Thursday, February 13, 2014

Bicicletas en México

I'll apologize for the scarcity of postings here at JBarCycling but the local scene has been slowed by the incursion of winter weather while my work and play schedule has included quite a few days of travel. The upside is that our most recent excursion was a business incentive trip to Playa del Carmen near Cancun, Mexico, that involved sunshine, heat, a beach, and the observation of a vibrant bike culture.
I always make it a point to check out the bike scene when we travel. Mexico is a relatively poor country so it was not surprising to find that bicycles there are primarily valued for their utility rather than for sport, recreation or exercise. In fact, we saw only one sport rider in full kit and aero helmet, flying along the shoulder of a major highway on a tri bike.

This is a pretty representative selection of Playa bikes. Utilitarian and often colorful.
The coastal areas of the Yucatan peninsula are flat and the roads are for the most part yardstick straight, making for easy cycling. Add that factor to the fact to the economics of the area and the result is that bikes are practical transportation for both personal use and for commerce.
Both the vendor and the customer in this photo relied on pedal power.
Pedicabs lined up in the taxi zone in the shopping district.
While traveling along the highways we saw many cyclists on the shoulders of the roads, sharing the space with motorcycles. There were also a surprising number of dedicated bike/pedestrian paths, at least near the resort area. Our guide on a trip to the Mayan ruins at  Chichen Itza told us that cheap motorcycles imported from China were replacing bicycles at a rapid rate. It was not unusual for riders to be transporting their wife and a child or two by motorcycles. Jorge informed us that the result of the combination of overloading and inexperienced riders was often tragic.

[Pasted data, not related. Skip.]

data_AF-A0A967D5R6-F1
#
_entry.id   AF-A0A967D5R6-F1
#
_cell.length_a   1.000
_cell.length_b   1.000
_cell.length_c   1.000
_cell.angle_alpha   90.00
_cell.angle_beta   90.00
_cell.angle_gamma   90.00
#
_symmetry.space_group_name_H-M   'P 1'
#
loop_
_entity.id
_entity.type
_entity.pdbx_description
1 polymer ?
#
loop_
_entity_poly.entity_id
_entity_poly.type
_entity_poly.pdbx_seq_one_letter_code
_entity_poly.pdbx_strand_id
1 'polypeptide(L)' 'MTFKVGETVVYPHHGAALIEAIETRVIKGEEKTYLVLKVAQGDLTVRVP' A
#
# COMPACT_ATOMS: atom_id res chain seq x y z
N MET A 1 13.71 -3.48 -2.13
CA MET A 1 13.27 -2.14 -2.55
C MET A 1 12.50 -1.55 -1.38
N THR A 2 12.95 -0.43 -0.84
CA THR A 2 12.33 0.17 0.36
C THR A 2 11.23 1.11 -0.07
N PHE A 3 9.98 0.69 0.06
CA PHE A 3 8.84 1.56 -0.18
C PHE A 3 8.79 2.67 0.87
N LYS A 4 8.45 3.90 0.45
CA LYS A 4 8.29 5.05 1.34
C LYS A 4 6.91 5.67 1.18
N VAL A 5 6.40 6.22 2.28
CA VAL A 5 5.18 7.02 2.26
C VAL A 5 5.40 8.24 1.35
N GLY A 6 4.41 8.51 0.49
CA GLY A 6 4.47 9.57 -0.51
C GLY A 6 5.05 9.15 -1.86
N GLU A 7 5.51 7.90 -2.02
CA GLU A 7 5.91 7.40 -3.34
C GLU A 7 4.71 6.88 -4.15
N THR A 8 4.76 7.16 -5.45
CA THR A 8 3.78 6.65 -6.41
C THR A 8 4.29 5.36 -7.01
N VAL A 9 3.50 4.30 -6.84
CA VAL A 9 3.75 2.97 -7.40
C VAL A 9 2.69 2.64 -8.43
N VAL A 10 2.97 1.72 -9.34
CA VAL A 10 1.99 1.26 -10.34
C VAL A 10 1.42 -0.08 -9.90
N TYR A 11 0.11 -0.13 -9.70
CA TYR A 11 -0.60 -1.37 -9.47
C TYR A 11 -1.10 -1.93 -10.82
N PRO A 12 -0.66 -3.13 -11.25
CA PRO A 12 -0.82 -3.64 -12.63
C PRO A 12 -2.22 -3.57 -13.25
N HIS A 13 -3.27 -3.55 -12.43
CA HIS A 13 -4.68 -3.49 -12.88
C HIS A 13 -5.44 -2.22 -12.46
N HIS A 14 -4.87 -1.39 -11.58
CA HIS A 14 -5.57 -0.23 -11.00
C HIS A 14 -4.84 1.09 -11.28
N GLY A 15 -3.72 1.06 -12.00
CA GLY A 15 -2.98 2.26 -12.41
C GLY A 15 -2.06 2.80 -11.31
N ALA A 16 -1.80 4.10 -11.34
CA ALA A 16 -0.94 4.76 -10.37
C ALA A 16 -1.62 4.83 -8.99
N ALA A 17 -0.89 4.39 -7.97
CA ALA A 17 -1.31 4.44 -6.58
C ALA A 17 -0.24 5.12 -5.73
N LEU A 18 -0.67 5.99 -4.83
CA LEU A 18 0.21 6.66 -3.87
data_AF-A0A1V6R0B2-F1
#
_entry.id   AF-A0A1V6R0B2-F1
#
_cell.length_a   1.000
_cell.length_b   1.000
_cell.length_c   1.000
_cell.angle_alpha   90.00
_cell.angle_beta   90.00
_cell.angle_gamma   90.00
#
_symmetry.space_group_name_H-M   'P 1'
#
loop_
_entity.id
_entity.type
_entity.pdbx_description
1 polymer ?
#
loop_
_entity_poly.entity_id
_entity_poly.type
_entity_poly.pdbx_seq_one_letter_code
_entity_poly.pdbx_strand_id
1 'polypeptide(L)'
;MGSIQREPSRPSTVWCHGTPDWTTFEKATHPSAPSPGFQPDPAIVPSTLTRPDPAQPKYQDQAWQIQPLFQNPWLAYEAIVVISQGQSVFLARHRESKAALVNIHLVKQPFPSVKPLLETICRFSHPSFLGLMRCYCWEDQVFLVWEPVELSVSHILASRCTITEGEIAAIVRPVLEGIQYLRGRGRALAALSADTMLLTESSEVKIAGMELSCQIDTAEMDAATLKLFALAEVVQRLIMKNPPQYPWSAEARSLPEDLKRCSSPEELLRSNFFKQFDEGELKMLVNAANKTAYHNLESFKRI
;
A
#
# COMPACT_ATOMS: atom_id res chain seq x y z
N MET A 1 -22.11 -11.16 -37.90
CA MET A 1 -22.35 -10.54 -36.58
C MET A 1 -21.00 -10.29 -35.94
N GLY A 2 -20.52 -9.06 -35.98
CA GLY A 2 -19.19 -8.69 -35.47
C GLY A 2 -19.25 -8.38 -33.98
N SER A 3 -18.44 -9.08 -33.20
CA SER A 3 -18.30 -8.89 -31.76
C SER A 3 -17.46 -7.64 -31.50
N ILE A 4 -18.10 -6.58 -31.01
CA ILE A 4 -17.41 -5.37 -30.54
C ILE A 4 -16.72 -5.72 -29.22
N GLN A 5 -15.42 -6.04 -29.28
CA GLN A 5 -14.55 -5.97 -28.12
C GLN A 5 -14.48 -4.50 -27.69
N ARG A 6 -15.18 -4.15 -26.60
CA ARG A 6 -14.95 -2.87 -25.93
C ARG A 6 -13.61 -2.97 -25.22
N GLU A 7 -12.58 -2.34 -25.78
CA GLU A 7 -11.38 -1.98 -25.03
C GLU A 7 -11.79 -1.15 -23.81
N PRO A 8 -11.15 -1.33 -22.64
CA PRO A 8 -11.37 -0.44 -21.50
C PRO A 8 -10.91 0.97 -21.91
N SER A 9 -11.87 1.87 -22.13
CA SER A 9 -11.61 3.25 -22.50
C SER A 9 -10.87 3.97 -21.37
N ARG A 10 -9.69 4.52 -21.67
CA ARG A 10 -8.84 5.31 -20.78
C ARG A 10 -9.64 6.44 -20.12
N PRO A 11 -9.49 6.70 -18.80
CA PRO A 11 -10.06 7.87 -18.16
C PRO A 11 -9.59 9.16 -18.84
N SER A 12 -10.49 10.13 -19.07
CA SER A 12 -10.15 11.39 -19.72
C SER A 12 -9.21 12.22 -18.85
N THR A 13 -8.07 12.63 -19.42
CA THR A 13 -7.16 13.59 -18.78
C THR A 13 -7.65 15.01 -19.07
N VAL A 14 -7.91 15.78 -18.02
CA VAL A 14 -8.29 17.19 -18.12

Cheap imported motorcycles and scooters from China are making rapid inroads into the two-wheeled culture of Mexico.
The parking area for the cafe reminded me of similar scenes common in many small towns of Colorado.
We saw these 3-wheeled utility bikes hauling everything from lumber to concrete to grandmothers. The appeal of a motor to working people is understandable, but out of reach for many.
Skinny Bikini: Marketing is everything in tourist towns.
This bike would have been at home on the bike polo court.
 Most of the bikes we saw were unfamilar brands, probably from mass marketers, so this Schwinn stood out.
Most of us here on the good ol' U.S. of A. are fortunate enough to be able to use bikes primarily for recreation, competition or as an alternative transportaion. Visits to places like Mexico and even small-town Colorado remind us that bikes remain viable as a primary means of transport for many people in the world.


wendybird said...
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wendybird said...

I live in the Merida, MX (Yucatan) during the winter. This winter we made an excursion to Cozumel for a week. Cozumel now hosts and Iron Man Triathlon, and as a consequence, they recently dedicated the coastal road to cycling year round. The road is 48 km long, and only a small portion of it is shared with cars, but even that section has a wide shoulder and sparse traffic. The route takes you along beautiful white sandy beaches and turquoise water. Next year, I am taking my bike with me when I go. I can't think of a better place to ride through the winter.